In the short time he held the missive poised reverently in his hand Paul permitted a glow of satisfaction to permeate his being. He had done well and was justly entitled to a moment of self laudation. Mr. Stokes—Bettina's father—would no longer be against him, for who could not say he was not capable of competing in the world-arena with full-grown, gladiatorial intellects? He had even successfully crossed blades with Mr. Stokes's own best brand of Damascene gray matter. And he had won the fray, for the everlasting good and happiness of all parties concerned. In anticipation he already felt himself thrilling proudly beneath the crown of Bettina's love and her father's benediction.

The crackle of the delicate linen beneath his grasp brought him sweetly back to the real. What delicious token could Bettina be sending him? Of course her father had told her all. How happy she, too, must be! Mr. Strumley broke the seal of the envelope and read:

"Mr. Paul Strumley,

"Dear Sir:

"I herewith return your letters, photographs, etc. Papa has told me all. It was at first impossible to believe you capable of taking such a base advantage of my confidence about the Arkansas option; but I am at last thoroughly convinced that you incited the run on the bank to embarrass poor papa and compel him to let the deal fall into your traitorous hands. And the by-play of yours in returning the money you did not really need, though it has completely deceived him, has in my eyes only added odium to your treachery. I trust that I have made it quite clear that in the future we can meet only as strangers.

"Bettina Stokes."

Mr. Strumley let the letter slip unnoticed through his palsied fingers. He sat down with heavy stupefaction. So this was the sud-spray of his beautiful bubble? It was incomprehensible! Bettina! Bettina! Oh, how could she? Where was her faith? No small voice answered from within the depths of his breast; and Mr. Strumley got clumsily to his feet. He was painfully conscious that he must do something—think something. But what was he to do? What was he to think? Could he ever make her understand? Make her believe? At least he could go and try.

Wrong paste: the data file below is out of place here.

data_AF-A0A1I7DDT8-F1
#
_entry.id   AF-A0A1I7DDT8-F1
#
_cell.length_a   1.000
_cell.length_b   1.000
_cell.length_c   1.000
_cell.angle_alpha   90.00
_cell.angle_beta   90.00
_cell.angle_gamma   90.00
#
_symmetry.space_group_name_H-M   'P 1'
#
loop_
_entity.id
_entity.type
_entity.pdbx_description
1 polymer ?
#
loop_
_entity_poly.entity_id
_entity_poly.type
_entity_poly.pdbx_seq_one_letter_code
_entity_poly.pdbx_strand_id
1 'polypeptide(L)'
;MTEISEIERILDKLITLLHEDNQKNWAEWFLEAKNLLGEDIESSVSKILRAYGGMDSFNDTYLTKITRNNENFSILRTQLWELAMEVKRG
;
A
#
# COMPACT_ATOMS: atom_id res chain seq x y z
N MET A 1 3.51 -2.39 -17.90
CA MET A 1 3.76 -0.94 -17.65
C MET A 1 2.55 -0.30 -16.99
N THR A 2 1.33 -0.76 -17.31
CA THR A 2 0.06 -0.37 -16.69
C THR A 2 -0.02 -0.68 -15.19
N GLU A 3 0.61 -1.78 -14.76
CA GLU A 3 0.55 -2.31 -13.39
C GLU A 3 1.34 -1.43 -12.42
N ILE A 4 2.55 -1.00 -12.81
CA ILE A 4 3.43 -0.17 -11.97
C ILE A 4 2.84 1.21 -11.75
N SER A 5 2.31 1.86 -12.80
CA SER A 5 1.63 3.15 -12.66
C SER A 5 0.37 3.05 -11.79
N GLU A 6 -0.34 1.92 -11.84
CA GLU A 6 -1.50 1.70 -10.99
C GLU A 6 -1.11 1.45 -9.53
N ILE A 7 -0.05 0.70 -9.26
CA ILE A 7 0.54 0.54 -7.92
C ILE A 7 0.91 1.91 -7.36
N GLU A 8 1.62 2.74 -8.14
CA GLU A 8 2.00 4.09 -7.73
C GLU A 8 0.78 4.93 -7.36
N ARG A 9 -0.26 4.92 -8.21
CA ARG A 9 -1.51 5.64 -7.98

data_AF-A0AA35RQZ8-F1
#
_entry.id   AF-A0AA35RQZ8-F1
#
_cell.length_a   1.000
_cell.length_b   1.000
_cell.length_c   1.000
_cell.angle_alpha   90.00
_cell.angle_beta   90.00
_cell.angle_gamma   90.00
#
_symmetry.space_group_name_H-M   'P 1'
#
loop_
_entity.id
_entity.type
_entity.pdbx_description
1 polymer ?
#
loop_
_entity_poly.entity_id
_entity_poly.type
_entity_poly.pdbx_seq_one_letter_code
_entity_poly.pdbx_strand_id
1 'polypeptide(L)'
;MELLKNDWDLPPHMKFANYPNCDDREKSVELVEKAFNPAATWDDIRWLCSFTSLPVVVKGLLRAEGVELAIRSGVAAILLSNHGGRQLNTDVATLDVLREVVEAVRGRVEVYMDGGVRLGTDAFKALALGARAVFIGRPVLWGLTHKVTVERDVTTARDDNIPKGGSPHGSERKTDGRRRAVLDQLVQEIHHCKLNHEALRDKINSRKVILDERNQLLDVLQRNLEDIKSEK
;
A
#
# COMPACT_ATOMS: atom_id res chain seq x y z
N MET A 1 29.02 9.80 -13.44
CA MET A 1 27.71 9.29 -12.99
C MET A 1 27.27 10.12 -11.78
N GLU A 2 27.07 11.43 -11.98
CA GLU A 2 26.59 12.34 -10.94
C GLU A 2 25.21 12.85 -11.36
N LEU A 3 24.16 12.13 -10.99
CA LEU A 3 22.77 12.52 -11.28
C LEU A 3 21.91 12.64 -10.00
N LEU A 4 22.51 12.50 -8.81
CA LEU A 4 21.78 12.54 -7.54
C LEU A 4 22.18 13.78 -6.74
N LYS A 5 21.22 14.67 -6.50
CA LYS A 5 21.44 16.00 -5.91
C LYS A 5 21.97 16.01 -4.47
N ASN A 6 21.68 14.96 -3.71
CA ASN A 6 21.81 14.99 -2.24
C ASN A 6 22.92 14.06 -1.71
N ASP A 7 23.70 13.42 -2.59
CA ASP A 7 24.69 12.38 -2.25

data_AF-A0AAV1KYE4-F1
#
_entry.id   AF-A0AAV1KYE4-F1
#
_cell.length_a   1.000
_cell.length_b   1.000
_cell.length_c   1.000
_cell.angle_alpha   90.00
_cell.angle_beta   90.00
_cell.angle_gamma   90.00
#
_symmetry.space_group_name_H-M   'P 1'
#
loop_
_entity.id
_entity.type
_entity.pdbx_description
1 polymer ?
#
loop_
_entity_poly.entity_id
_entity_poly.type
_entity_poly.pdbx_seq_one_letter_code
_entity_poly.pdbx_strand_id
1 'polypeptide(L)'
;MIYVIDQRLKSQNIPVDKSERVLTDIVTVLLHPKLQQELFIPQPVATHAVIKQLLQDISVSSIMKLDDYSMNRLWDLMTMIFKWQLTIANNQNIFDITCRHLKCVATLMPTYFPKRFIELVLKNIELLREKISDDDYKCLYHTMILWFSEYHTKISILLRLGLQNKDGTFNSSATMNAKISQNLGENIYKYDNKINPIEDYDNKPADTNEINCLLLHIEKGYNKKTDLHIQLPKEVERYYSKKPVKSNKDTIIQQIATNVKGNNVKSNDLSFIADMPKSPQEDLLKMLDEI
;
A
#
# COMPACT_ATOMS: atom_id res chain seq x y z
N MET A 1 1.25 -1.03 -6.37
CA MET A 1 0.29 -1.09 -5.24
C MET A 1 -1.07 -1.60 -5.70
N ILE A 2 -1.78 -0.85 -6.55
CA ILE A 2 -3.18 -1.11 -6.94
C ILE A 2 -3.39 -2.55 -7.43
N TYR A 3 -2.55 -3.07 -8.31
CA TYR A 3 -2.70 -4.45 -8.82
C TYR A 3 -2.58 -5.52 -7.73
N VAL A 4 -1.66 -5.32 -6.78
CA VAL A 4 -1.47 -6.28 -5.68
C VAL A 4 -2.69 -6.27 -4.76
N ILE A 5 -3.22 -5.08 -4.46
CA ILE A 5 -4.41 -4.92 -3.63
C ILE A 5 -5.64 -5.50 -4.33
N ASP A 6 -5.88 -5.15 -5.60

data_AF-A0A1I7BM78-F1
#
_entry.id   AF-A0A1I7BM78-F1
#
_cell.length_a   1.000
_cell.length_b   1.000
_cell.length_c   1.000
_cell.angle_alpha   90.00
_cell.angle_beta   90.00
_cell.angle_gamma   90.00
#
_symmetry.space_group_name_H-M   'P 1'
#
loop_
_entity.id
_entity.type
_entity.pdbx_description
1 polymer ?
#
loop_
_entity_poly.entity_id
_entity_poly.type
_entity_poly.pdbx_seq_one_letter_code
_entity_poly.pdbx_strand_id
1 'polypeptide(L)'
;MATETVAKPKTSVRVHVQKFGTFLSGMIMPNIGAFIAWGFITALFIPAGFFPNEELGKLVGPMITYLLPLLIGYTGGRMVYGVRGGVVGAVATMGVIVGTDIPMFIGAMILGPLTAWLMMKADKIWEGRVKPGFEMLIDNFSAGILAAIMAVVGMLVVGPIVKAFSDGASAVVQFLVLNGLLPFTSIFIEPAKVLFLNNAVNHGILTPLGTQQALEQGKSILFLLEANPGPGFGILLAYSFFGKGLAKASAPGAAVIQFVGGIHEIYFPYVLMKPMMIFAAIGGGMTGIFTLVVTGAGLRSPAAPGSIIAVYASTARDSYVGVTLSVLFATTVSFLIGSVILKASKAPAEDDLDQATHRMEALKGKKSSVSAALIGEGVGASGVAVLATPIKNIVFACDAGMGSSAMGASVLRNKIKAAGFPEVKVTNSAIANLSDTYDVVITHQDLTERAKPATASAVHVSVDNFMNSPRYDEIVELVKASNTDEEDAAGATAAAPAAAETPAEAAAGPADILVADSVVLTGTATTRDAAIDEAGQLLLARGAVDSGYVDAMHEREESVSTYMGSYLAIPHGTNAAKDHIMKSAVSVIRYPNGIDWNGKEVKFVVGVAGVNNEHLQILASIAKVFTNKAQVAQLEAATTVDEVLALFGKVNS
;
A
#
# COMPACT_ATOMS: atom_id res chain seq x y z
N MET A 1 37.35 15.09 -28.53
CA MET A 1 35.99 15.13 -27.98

Mr. Strumley finished his toilet nervously; and repaired to the home of Bettina, to cast his hope on the waters of her faith and charity. The butler courteously informed him that she was "not in." But Mr. Stokes was in the library. Would Mr. Strumley like to see him? Mr. Strumley thought not.

It was a bad night for Paul. From side to side he tossed in search of inspiration. Day came; and he rolled wearily over to catch the first beams of the gladsome spring sunshine. From its torrid home ninety-three million miles afar it hurried to his bedside. It shimmered in his face and laughed with warm invigoration into the torpid cells of his brain. It awakened them, filled them with new life, hope—inspiration!

Mr. Strumley leaped from his bed to the bath-tub, and fluttered frolicsomely in the crystal tide. When he sprang out there was the flush of vigorous young manhood on his skin and the glow of an expectant lover's ardency in his breast. Everything was arranged satisfactorily in the space beneath Mr. Strumley's water-tousled hair, wherein sat the goddess of human happiness—reason.

Mr. Strumley, after a hurried stop-over at the office of his astounded charge d'affaires, reached the Commercial Bank before the messenger boys. While waiting in the balm of the spring morning for the doors to open he circumnavigated the block nine times—he counted them. Coming in on the last tack he sighted the portly form of the banker careening with dignified speed around the corner. Another instant he had crossed the mat and disappeared into his financial harbor. Mr. Strumley steered rapidly in his wake.

Again he stood in the presence of Bettina's father. This time, however, he was calm. In fact, the atmosphere about the two men was heavily charged with the essence of good fellowship. Mr. Stokes held out his hand cordially. The younger man pressed its broad palm with almost filial veneration. He noted, too, with a slight touch of remorse, that the banker's countenance was harassed. Evidently his heart still ached for the lost Arkansas timber. Mr. Strumley smiled philanthropically.

He had something to say to Mr. Stokes, and began to say it with the easy enunciation of one who rests confident in the sunshine of righteousness. He spoke evenly, fluently. Of course Mr. Stokes at first might be a trifle perplexed. But please bear with him, hear him through, then he himself should be the sole judge.